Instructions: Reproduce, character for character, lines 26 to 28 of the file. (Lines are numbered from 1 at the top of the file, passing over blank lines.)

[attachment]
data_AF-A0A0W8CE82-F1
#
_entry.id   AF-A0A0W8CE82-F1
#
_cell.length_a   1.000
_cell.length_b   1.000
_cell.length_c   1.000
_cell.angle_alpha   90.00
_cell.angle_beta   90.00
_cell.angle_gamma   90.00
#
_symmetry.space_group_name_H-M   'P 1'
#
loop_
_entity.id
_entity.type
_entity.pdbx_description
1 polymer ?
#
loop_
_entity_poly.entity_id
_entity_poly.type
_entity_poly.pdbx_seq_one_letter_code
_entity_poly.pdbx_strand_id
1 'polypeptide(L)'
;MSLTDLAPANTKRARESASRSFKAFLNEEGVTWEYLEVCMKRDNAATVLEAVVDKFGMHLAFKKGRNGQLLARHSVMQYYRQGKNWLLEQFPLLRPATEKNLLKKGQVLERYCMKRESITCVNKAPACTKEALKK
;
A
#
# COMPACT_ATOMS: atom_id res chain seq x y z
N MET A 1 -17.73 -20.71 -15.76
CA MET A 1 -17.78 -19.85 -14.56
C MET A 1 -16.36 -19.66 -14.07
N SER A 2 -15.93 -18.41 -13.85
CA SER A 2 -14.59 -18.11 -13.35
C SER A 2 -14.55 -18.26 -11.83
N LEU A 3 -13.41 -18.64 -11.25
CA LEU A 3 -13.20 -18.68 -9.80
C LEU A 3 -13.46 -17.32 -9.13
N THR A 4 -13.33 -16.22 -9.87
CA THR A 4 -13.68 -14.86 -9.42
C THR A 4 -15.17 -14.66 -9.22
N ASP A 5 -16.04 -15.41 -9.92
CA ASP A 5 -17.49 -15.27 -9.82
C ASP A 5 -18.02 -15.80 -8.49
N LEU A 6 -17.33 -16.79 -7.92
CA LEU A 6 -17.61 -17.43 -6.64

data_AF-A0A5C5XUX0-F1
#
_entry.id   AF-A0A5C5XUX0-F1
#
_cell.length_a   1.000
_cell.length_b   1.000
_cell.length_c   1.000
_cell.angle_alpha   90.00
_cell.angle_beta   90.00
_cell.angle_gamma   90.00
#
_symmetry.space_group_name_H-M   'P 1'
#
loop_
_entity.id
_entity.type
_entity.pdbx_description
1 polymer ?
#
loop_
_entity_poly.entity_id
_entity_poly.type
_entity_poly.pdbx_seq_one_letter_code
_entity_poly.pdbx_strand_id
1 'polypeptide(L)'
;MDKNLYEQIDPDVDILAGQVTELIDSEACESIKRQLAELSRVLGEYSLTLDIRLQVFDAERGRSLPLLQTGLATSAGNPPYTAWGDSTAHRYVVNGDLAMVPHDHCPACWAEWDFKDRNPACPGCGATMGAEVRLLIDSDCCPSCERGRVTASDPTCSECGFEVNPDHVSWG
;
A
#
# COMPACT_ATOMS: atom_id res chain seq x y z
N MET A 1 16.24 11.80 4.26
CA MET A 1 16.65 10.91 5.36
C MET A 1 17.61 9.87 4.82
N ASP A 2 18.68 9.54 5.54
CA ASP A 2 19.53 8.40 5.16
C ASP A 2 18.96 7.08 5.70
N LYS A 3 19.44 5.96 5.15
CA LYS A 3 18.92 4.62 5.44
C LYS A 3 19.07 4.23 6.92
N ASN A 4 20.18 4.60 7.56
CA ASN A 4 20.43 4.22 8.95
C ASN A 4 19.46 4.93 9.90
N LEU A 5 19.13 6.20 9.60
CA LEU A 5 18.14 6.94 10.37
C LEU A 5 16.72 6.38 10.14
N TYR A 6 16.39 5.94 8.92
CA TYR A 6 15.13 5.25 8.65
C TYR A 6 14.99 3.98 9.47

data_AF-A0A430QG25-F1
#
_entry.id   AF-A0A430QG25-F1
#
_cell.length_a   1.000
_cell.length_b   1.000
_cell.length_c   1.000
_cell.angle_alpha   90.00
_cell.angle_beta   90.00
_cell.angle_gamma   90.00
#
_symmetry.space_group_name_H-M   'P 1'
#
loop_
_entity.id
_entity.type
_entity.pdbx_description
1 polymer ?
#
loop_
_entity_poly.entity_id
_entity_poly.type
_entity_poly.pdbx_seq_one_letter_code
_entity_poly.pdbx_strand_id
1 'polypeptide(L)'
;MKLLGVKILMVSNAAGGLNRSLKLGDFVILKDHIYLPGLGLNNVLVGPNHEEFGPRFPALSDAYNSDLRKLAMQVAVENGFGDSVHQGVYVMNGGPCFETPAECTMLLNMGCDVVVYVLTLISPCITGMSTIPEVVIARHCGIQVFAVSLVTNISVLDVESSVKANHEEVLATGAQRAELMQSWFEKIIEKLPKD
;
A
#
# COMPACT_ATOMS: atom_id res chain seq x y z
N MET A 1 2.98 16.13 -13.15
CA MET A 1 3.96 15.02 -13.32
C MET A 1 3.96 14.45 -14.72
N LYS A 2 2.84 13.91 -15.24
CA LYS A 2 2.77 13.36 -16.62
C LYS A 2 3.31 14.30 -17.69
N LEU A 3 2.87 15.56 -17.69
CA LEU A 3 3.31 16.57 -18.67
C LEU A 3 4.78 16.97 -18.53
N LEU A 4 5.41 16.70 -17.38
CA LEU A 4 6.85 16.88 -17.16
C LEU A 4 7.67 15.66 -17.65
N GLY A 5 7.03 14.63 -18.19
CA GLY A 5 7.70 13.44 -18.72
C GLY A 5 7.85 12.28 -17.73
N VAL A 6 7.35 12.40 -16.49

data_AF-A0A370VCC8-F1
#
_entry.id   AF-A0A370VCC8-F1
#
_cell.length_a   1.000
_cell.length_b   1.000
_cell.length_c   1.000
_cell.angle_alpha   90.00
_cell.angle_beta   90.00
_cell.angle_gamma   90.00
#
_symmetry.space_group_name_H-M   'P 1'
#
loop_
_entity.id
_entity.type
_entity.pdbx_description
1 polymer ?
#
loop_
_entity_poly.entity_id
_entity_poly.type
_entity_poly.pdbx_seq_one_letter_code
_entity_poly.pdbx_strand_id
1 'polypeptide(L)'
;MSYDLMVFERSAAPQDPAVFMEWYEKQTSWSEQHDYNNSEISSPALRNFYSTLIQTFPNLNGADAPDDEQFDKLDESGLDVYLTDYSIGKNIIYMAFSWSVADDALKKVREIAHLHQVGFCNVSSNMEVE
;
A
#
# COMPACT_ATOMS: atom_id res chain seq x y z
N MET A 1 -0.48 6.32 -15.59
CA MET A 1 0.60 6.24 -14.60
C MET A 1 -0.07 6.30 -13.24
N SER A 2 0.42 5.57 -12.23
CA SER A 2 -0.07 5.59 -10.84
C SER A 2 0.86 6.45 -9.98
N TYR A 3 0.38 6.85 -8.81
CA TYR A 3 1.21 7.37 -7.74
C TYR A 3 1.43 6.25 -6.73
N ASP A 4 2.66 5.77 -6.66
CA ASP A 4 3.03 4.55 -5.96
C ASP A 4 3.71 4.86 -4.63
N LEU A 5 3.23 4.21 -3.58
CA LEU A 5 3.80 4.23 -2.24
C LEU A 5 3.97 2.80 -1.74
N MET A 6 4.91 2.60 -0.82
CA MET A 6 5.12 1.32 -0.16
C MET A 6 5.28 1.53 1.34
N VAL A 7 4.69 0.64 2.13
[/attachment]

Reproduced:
;MSLTDLAPANTKRARESASRSFKAFLNEEGVTWEYLEVCMKRDNAATVLEAVVDKFGMHLAFKKGRNGQLLARHSVMQYYRQGKNWLLEQFPLLRPATEKNLLKKGQVLERYCMKRESITCVNKAPACTKEALKK
;
A